Topologically associating domains, or TADs, are functional units that organize chromosomes into 3D structures of interacting chromatin. TADs play an important role in regulating gene expression by constraining enhancer-promoter contacts and there is evidence that deletion of TAD boundaries leads to aberrant expression of neighboring genes. While the mechanisms of TAD formation have been well-studied, current knowledge on the patterns of TAD evolution across species is limited. Due to the integral role TADs play in gene regulation, their structure and organization is expected to be conserved during evolution. However, more recent research suggests that TAD structures diverge relatively rapidly. We use Hi-C chromosome conformation capture to measure evolutionary conservation of whole TADs and TAD boundary elements between D. melanogaster and D. triauraria, two early-branching species from the melanogaster species group which diverged ~15 million years ago. We find that the majority of TADs have been reorganized since the common ancestor of D. melanogaster and D. triauraria, via a combination of chromosomal rearrangements and gain/ loss of TAD boundaries. TAD reorganization between these two species is associated with a localized effect on gene expression, near the site of disruption. By separating TADs into subtypes based on their chromatin state, we find that different subtypes are evolving under different evolutionary forces. TADs enriched for broadly expressed, transcriptionally active genes are evolving rapidly, potentially due to positive selection, whereas TADs enriched for developmentally-regulated genes remain conserved, presumably due to their importance in restricting gene-regulatory element interactions. These results provide novel insight into the evolutionary dynamics of TADs and help to reconcile contradictory reports related to the evolutionary conservation of TADs and whether changes in TAD structure affect gene expression.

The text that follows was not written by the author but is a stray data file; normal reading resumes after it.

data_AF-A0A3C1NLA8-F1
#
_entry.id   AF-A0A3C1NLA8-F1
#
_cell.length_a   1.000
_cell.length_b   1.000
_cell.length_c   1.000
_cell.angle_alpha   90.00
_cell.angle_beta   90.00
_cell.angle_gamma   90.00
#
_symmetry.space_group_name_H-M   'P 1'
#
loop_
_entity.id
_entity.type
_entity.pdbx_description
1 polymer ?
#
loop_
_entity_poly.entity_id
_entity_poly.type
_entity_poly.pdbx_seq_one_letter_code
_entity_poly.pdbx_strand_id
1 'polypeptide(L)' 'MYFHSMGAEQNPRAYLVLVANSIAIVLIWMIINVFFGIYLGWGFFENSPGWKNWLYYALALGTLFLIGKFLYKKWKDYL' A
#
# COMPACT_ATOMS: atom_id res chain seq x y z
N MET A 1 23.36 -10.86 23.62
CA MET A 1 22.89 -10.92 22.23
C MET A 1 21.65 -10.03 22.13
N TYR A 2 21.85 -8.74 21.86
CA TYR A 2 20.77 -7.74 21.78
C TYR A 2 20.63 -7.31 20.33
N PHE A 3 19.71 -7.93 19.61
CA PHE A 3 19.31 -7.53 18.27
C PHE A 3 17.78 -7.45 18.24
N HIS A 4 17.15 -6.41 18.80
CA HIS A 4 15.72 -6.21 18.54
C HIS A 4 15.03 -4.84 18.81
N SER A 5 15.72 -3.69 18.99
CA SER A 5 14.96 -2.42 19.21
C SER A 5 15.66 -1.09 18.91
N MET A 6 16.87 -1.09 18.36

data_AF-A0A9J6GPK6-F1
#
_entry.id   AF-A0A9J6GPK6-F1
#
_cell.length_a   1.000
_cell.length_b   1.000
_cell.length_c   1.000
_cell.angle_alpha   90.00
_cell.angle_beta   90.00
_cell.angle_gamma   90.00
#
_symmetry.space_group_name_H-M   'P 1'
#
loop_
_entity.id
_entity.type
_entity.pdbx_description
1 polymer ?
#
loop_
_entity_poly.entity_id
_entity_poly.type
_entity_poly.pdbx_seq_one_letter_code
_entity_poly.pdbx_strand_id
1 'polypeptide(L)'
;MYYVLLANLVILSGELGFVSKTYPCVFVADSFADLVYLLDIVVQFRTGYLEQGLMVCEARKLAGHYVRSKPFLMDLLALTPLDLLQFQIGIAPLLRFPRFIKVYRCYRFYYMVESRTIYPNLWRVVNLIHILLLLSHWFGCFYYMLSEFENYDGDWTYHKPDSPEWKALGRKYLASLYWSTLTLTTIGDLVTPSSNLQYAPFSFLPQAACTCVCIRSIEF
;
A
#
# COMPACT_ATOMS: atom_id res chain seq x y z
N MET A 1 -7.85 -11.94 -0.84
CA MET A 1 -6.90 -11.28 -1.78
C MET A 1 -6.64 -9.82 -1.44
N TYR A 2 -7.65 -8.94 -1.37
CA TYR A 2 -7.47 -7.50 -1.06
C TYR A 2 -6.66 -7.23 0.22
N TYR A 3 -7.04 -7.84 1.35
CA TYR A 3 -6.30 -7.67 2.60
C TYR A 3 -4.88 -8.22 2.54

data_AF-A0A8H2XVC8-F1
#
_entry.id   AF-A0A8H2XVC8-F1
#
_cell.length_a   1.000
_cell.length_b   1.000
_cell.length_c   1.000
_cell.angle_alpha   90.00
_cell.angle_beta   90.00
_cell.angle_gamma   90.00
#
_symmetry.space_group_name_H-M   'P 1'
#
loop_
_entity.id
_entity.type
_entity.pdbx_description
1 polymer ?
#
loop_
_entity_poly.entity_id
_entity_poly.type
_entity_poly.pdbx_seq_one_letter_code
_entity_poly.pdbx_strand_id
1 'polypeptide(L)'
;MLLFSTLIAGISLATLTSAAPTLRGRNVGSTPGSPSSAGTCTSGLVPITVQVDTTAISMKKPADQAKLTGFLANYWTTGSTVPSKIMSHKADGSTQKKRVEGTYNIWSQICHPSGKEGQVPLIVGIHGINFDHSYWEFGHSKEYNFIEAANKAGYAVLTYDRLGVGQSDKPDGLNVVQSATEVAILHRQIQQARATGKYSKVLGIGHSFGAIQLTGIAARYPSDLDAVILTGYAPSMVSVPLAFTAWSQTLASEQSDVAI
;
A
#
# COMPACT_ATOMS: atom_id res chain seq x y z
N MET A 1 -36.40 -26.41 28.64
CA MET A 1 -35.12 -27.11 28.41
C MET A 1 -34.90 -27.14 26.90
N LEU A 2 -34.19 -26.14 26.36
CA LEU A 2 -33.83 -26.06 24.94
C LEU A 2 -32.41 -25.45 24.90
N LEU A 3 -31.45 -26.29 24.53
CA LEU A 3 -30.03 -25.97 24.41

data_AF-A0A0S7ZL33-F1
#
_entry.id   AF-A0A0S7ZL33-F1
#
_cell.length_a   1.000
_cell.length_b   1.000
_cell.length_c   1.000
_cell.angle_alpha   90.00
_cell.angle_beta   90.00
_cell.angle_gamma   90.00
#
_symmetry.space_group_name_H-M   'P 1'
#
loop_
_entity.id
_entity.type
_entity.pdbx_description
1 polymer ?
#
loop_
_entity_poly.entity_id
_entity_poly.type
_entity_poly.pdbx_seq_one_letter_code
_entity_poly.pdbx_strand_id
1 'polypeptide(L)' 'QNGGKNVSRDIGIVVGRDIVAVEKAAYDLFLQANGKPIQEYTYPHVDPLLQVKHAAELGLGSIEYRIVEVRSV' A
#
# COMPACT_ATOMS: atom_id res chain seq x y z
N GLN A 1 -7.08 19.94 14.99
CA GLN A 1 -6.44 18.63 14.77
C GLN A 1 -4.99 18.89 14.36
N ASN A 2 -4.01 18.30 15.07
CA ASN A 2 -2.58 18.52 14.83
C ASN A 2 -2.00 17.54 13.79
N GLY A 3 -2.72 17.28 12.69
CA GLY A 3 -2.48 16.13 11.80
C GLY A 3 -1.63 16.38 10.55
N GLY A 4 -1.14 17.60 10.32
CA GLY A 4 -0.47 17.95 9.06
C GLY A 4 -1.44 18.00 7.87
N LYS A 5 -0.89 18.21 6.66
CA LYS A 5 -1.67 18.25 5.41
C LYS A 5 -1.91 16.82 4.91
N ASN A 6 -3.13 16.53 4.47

All Science Journal Classification (ASJC) codes
- Ecology, Evolution, Behavior and Systematics
- Molecular Biology
- Cancer Research